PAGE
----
Grace Manning: Doing the Work

Grace Manning: Doing the Work

High on the wall of the Landscape Architecture Junior Design Studio, two sentences have been immortalized.

“The work is hard. Do the work.”

It is a phrase often said by Associate Professor of Landscape Architecture Rob Kuper — an important mantra for all of the students that go through Temple’s program and a reminder that, while the journey won’t be easy, the outcome will be worth it.

It’s a call to action that has certainly resonated with Landscape Architecture graduate Grace Manning, 23, of Hatboro, PA.

“I think one of the essential things I learned very early on in the program is not to be discouraged if you don’t grasp all of the concepts right away. It takes time and practice,” she said. “It took about two years for me to really start liking my own work. You’re given the opportunity to make mistakes and learn from them — nothing is handed to you, which I think makes it more rewarding and more educational.”

A transfer student, Manning spent two years at Elizabethtown College traveling down a very different career path prior to coming to Temple.

“What I learned from that experience is that chemistry was not what I wanted to do with my life. I knew I had some important decisions to make that would affect me for the rest of my life,” she said. “I took a trip to Washington State, climbed some mountains and gained a new appreciation for nature. It wasn’t long after that I discovered Temple.”

Manning said she was initially exploring landscaping careers.

“I didn’t know landscape architecture was a career option until I came to Temple Ambler. I applied and was accepted into the program and soon discovered this really rich population of faculty with great work experience that I think is hard to find elsewhere,” she said. “They bring their first-hand work experience right into the classroom. In Temple’s program, we usually work with real world ‘clients’ rather than hypothetical projects, which is an enriching and invaluable experience.”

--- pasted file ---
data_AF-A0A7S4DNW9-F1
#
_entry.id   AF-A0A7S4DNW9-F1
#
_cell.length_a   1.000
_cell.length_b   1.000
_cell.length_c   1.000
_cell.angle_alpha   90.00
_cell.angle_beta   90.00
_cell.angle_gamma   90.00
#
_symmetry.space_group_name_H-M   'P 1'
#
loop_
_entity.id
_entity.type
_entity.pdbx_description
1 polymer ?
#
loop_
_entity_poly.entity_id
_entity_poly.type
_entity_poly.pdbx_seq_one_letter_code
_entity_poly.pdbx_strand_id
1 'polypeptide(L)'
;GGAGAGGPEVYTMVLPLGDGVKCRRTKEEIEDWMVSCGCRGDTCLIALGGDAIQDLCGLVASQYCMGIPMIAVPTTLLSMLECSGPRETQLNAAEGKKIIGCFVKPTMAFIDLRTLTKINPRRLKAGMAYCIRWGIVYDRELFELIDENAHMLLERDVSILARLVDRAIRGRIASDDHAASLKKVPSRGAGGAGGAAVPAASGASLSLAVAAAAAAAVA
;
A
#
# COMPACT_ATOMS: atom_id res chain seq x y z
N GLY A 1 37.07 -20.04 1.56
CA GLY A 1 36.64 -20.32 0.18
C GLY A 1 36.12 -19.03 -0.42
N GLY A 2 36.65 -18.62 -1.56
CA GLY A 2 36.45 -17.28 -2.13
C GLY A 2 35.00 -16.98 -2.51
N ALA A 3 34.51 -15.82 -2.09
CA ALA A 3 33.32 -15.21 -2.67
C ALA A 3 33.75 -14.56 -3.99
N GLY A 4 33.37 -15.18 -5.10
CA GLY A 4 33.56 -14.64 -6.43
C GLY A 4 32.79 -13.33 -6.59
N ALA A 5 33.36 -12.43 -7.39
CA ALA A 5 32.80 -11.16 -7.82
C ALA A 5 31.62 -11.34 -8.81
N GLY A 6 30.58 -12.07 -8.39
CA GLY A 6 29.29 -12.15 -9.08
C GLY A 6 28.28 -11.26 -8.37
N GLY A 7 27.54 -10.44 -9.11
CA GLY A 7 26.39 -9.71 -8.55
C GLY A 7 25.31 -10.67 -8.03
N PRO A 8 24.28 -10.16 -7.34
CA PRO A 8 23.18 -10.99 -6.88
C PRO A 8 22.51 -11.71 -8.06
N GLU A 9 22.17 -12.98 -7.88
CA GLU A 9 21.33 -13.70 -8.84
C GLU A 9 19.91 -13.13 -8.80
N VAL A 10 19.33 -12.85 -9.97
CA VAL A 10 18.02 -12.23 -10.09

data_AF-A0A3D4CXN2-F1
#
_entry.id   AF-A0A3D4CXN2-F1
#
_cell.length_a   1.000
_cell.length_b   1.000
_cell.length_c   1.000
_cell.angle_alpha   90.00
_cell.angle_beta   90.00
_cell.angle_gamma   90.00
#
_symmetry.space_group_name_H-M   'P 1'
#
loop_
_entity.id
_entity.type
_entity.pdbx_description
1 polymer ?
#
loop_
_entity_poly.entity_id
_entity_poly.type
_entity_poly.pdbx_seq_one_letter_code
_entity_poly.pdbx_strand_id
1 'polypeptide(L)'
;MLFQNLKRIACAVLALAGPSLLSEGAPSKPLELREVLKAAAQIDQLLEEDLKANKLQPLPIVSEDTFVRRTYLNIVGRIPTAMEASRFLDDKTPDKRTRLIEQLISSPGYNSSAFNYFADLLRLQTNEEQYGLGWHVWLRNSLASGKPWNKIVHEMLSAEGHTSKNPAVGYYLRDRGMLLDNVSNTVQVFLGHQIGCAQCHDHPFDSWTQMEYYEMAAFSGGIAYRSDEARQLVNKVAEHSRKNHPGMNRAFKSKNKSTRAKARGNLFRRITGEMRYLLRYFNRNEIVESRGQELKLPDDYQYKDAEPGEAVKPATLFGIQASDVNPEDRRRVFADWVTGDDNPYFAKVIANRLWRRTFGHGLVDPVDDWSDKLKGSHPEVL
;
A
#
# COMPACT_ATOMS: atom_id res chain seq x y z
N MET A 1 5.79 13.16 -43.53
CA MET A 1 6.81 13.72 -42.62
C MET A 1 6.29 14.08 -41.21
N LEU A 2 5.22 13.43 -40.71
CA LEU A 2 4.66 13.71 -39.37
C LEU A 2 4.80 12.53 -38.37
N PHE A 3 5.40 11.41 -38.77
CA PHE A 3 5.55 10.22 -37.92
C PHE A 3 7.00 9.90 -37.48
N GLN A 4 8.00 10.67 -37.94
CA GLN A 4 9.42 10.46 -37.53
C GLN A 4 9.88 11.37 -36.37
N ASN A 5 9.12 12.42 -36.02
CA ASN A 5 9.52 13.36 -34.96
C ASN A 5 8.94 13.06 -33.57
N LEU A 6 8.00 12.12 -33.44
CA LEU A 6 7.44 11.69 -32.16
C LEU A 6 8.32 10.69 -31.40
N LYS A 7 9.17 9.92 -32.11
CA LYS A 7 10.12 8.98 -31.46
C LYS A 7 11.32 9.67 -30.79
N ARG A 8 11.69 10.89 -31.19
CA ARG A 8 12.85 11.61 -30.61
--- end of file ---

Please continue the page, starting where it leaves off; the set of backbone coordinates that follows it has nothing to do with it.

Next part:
During her junior year, Manning was part of the team that designed and built Temple’s multiple award-winning 2018 Philadelphia Flower Show exhibit, “Within Reach: Unlocking the Legacy of our Hidden River,” which explored natural and human-induced effects on the Schuylkill River.

“I think as students, we’re given a great deal of creative freedom. With the Flower Show, for example, we have a say in the design where I think that’s not always the case for competing schools,” she said. “I think the design-build aspect of the program is vital to our educational experience. I think you approach designs differently when you know that they could potentially be put to real use — you have to be extremely detail-oriented.”

Manning said working with and receiving feedback from clients “is very rewarding and not something a lot of students get to do before they graduate.”

“It’s a whole different experience to design something and see it actually built or to know that it could be the basis for a design that could be used to improve a site in the future. Right before graduation, I was working with the Hatcher Garden and Woodland Preserve in Spartanburg, South Carolina to develop a children’s garden,” she said. “Before that, I was working on site analysis and design for the latest phase of the Reading Viaduct project in Philadelphia, which Temple students have been involved with for several years now. It’s wonderful to be part of that legacy; to make an impact before ever leaving school.”

Outside of the classroom, Manning certainly made an impact on the campus community as the President of the Landscape Architecture and Horticulture Association and as a student representative on the Ambler Campus Sustainability Council.

“This is a campus where you can make your mark, where people want to hear your ideas and opinions. I love coming to campus before class and walking through the woodlands — the outdoor spaces feel like they belong to the students,” she said. “We’ve built this amazing community of students, teachers and staff. It’s not a campus of strangers — it feels like home.”

Degree in hand, Manning said she plans to pursue a career in high-end residential design.

“Last summer, I had the opportunity to intern at Stoney Bank Nurseries, which has a lot of Temple Ambler connections of its own. I rendered hand drawings into AutoCad. I was able to share my opinions and engage in fieldwork at some truly awesome historical sites,” she said. “That drew me to the historical buildings throughout Philadelphia. I have no doubt the work will be hard. But Temple has prepared me to do the work!”